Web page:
Aaron Lay, a senior at Sequoyah High School, was named national spokesperson for the Washington Youth Tour.

Sponsored by local electric cooperatives and coordinated by the Tennessee Electric Cooperative Association and the National Rural Electric Cooperative Association, the Youth Tour brings thousands of high school seniors to the nation’s capital each summer to learn about public policy, rural issues and cooperatives. Lay was a 2017 Youth Tour delegate from Fort Loudoun Electric Cooperative.

More than 1,800 delegates from across the country participated in the 2017 Washington Youth Tour. Lay was named Tennessee’s representative to the Youth Leadership Council in June and recently appointed national spokesperson.

“We are celebrating this great accomplishment with Aaron,” says Jarrod Brackett, CEO of Fort Loudoun Electric Cooperative. “This is a great reminder that rural Tennessee students are second to none. We know that Aaron will be an excellent representative of our state and our co-op.”

Lay will address some 8,000 attendees of the 2018 National Rural Electric Cooperative Association annual meeting in Nashville to share his experiences from the Youth Tour.

“We are excited about Aaron’s selection as national spokesperson for the Youth Tour,” says David Callis, executive vice president and general manager of the Tennessee Electric Cooperative Association. “He stood out on Youth Tour as a leader among leaders, and we are excited to see how he uses his talents to tell the story of rural Tennessee.”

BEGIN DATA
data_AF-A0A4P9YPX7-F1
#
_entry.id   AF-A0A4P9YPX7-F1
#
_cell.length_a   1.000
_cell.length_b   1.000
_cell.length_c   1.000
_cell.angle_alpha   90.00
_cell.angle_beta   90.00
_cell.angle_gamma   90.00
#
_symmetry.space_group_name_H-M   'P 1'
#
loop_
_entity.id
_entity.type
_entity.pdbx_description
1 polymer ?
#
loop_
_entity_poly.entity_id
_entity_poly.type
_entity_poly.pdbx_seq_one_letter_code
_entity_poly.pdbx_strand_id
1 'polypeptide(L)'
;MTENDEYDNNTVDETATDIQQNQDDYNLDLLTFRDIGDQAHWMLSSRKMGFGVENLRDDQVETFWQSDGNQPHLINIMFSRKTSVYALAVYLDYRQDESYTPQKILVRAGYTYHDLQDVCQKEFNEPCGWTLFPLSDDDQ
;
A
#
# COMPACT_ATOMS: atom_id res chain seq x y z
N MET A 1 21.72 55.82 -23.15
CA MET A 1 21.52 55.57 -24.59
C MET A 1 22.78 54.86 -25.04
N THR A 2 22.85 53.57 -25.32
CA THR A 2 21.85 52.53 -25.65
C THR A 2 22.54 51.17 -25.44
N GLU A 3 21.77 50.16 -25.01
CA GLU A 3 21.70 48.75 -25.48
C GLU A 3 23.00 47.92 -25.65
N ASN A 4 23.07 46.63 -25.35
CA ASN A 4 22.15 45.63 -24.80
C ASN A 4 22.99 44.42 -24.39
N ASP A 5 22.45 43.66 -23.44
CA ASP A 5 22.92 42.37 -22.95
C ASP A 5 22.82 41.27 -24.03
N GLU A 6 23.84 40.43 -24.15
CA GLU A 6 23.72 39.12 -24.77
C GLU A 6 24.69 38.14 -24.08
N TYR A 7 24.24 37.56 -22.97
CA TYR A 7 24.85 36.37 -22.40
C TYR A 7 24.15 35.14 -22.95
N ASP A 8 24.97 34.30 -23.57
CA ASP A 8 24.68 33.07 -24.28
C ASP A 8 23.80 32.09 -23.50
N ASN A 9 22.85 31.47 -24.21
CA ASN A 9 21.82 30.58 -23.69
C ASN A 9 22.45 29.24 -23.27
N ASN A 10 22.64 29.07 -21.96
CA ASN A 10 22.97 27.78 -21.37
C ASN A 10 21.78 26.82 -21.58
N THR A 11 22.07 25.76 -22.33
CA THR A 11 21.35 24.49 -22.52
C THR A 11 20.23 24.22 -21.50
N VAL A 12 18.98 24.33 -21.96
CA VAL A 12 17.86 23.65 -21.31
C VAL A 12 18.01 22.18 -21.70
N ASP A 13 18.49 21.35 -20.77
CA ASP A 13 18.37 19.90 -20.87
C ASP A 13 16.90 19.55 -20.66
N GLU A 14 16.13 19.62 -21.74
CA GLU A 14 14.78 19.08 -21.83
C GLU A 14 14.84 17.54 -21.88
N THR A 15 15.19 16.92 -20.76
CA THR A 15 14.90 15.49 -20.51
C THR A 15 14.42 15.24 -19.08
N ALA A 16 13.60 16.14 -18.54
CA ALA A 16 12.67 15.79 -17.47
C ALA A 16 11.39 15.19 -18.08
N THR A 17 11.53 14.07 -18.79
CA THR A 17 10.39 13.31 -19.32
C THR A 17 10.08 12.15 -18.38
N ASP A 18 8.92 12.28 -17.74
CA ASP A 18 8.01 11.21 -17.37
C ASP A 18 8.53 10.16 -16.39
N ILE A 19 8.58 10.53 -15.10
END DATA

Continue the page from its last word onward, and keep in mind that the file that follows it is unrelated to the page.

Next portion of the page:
Aaron is the son of Butch and Lisa Lay of Madisonville.


If the fireworks show is in your yard this July 4, steer clear of power lines. Most people celebrate by watching a local, professional show — supervised by firefighters. But if you’re starting the performance early with consumer fireworks, here are some tips:

Your fireworks might be legal, but that doesn’t mean they are safe. The U.S. Fire Administration reports thousands of fireworks-related injuries each summer. The biggest threats: firecrackers, followed by bottle rockets and sparklers, which burn at about 2,000 degrees.

Fireworks are especially dangerous when used near power lines, so stay clear. Light fireworks only in open areas where no power lines can be seen, and call your cooperative immediately if your celebration gets tangled in an overhead wire.

Follow these additional safety tips from the U.S. Consumer Product Safety Commission:

  • Children should be spectators, not participants, in the show. Never give children fireworks or sparklers.
  • Read and carefully follow directions and warning labels. Most injuries result from improper use.
  • Keep spectators at least 20 feet away and not downwind from where the fireworks will be set off.
  • Light fireworks only on a smooth, flat surface away from all flammable materials, including dry leaves.
  • Never try to relight fireworks that don’t function.
  • Keep a bucket of water nearby in case of fire.